The government in May this year declared a suspension of evictions for the period of Covid-19 pandemic following calls by UN Special Rapporteurs.
But that the same government is going against its own undertaking only adds to Ms Caren Chematia’s worries. She was not even aware of such a pact. She watched her home go up in flames on Thursday last week and now, her children have no place to sleep and no food to eat.
Ms Chematia, her family and others like her have since spent their nights at a shop in Kapsinedet village in Elburgon Ward of Njoro Sub-county. The shop has been shut for a year, and the owner offered it to the families — at least for now. They are lucky since some families have no place to sleep.
Ms Chematia says the social distancing measure to contain the spread of coronavirus is not applicable to her and the other families for now. In fact, the contagion is the least of their worries.
“I’ve had to sell my cows and chicken right at this shopping centre. Where would I be moving with cows? I sold three for 5,000 each, yet on a normal day, a cow would go for Sh50,000. I sold the chicken at Sh200 each. The houses were burnt and all we could salvage were clothes and utensils,” she lamented.
Ms Chematia and others from her former village were affected by the current evictions targeting residents of Marioshoni area in Elburgon. The government said the locals had invaded forest land and sent Administration Police and Kenya Forest Service officers to kick them out. The evictions entered the eighth day Thursday.
Others, Ms Caroline Chepkoech of Chai Moto in Marioshoni with her three children have to brave heavy rains after her house was razed. When the Nation caught up with her, she was still looking for a place to spend the night.
“I’ve been sleeping in thickets with my children, with no food to eat. We have no place to go or take our livestock,” she said, adding, all her belongings were left outside her burnt house because the rains have made the roads impassable.
Dozens of miles away at the Embobut Forest in Elgeyo-Marakwet County, another community, the Sengwer, are in the same boat as that of the Ogiek in Nakuru County.
Dozens of families were rendered homeless after KFS rangers raided their homes, evicted them and set their shelters ablaze.
A Sengwer leader, Mr Elias Kimaiyo, said many community members had left the area in search of food when the raid took place. They were unable to salvage their bedding and other possessions.
“The children who had remained at home fled into the nearby forest from where they watched their homes burn. What is happening now is so heartless, especially during this Covid-19 pandemic,” he said.
The raid is the latest on the Sengwer community, which the government accuses of occupying part of the Embobut Forest. The community, on the other hand, says the forest is their ancestral land.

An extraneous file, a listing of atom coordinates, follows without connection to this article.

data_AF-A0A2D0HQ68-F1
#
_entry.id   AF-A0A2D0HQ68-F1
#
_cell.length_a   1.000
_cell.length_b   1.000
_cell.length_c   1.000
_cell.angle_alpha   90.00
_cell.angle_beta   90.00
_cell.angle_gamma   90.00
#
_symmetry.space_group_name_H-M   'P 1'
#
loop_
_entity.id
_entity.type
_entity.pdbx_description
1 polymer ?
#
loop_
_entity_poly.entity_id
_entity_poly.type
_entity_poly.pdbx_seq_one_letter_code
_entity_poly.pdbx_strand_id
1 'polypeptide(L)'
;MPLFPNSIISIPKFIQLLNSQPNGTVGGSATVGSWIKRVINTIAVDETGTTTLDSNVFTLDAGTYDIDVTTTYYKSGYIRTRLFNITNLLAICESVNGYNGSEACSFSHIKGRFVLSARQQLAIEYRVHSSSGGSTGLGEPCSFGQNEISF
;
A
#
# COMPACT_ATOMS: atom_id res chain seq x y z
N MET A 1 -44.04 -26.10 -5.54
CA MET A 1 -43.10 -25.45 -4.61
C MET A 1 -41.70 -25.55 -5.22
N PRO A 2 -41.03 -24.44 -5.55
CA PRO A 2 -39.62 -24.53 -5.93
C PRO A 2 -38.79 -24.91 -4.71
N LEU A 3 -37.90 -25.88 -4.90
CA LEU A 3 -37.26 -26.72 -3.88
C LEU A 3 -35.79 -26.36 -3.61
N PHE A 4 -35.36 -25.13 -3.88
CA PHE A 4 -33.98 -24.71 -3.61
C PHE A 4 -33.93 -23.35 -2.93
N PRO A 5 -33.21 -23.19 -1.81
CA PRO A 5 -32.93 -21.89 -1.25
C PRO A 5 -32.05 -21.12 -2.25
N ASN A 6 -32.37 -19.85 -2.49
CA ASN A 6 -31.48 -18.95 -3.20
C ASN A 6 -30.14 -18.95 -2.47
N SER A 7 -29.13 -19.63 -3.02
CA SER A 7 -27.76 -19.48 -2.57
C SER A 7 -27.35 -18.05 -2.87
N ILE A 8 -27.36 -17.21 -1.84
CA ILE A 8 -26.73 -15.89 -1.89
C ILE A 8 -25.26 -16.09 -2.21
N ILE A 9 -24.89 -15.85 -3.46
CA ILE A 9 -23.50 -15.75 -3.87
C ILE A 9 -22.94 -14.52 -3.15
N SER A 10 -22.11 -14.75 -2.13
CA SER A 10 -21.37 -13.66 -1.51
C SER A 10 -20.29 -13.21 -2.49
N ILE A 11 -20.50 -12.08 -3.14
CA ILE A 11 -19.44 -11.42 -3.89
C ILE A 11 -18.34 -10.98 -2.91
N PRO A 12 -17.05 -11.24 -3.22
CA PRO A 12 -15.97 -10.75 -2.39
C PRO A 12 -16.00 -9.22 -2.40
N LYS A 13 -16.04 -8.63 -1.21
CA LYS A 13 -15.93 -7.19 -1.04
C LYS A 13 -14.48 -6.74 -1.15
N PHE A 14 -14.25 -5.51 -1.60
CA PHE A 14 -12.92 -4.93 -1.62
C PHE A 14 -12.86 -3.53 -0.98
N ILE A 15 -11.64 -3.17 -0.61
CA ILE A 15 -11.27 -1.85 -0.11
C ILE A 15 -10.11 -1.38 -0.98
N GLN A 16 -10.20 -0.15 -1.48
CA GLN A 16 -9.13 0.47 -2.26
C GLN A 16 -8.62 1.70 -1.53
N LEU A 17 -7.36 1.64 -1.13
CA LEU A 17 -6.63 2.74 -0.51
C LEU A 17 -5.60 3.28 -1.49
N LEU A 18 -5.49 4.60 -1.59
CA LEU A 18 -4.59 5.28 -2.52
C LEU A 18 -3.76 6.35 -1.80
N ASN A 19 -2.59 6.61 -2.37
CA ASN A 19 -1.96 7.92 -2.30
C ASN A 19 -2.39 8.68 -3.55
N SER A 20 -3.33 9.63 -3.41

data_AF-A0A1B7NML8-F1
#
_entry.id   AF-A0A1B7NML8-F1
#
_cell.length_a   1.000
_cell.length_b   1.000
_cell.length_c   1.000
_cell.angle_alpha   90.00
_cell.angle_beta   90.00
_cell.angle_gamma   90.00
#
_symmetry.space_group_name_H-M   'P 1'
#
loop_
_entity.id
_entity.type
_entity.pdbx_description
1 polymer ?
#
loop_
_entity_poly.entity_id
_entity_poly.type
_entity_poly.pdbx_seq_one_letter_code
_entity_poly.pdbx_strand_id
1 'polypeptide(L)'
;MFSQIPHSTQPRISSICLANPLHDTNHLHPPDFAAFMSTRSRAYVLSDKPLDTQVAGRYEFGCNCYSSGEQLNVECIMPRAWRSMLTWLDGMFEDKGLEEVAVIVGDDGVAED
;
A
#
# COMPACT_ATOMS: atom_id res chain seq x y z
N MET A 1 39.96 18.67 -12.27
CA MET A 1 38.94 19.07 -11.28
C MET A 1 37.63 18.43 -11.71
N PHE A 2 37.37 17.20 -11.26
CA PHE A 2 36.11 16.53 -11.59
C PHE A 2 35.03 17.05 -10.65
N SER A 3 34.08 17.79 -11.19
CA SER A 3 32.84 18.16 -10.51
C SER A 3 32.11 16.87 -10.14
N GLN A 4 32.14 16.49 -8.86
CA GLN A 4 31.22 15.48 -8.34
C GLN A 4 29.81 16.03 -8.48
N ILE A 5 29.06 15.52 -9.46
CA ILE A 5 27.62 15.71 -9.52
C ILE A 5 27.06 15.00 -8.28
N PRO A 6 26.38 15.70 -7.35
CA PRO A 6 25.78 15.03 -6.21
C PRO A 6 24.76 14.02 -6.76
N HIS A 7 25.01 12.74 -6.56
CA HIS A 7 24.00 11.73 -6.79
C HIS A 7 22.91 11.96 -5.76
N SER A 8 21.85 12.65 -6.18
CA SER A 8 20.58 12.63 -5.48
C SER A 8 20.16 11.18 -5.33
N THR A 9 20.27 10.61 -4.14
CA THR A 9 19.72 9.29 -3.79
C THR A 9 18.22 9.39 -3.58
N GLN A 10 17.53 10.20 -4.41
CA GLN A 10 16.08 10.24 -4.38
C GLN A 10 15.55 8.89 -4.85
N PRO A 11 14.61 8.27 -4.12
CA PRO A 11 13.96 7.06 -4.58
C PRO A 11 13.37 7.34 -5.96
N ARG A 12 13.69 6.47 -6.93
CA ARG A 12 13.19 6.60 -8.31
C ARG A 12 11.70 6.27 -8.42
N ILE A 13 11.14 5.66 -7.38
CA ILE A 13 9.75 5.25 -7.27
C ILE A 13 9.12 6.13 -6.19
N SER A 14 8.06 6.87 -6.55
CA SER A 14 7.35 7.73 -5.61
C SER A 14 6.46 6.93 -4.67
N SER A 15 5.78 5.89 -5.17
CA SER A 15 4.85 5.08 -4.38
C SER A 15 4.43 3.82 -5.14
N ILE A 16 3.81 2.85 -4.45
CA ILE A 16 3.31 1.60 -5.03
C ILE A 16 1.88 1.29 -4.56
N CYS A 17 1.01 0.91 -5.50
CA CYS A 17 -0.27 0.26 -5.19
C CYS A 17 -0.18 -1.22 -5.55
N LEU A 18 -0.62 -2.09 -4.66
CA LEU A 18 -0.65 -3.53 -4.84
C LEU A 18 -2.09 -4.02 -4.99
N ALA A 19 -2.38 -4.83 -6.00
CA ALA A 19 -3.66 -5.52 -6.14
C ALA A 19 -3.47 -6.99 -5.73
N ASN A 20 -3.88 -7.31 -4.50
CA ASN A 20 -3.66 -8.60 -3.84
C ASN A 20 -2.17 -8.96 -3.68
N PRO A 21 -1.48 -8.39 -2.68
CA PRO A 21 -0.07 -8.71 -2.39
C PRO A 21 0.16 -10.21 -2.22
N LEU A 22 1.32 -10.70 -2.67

In 2017, the European Union initiated the Water Towers Protection and Climate Change Mitigation and Adaptation Programme, which was intended to improve the ecosystems of Kenya’s principal water towers while benefiting the nearby communities.
But in January 2018, the EU suspended funding when a Sengwer, Robert Kirotich, was shot dead allegedly by KFS guards while herding his cattle in the forest.
Last month, thousands of residents were evicted from Mt Elgon Forest to pave the way for afforestation of the water tower.
The residents, who are said to have illegally encroached on public land, were evicted from their homes in an operation conducted by KFS officers.
They have now relocated to neighbouring caves where they are seeking refuge as they ponder their next move.
Mr Joseph Simatwa, a resident, yesterday told the Nation that they risk contracting deadly diseases as they are spending nights in the cold and going without food after their properties were destroyed.
Mt Elgon Deputy Commissioner David Kosigai said the government would hold talks with the evictees and KFS on where they should be resettled.
Rift Valley regional commissioner George Natembeya accused some members of the Ogiek community of selling their land. He also said they invade government forests and claim they are forest dwellers.
“We know you have sold your own parcels of land, and we will soon kick you out to protect water sources,” Mr Natembeya warned.
UN Special Rapporteurs Balakrishnan Rajagopal and Mary Lawlor said in the wake of the Kariobangi and Ruai evictions that the ejections exposed communities to the dangers of contracting Covid-19.
“The evictions not only render thousands of persons homeless without any alternative accommodation, but doing so in the current context of a pandemic violates multiple human rights norms and exacerbates its potential impact on the rights to health and life of thousands of Kenyans,” the UN officials said.
They told the Kenyan authorities to stop any further contemplated evictions, urgently provide assistance to the evictees, and guarantee their rights to shelter, food, water and sanitation.
“They must also put in place a plan, with the full participation of the evictees, to find a long-term solution to their housing needs,” the special rapporteurs said.
But even with the moratorium, thousands of people have been evicted from the 57,000-hectare Mau east stretch, which KFS seeks to reclaim. The targeted areas are Marioshoni, Bararget, Kiptunga and Ol Posimoru.
In the North Rift, the area to be restored is Embobut Forest.
Human rights groups, including Human Rights Watch and Amnesty International, have criticised the manner in which the government is carrying out the evictions.
Additional reporting by Dennis Lubanga and Evans Kipkura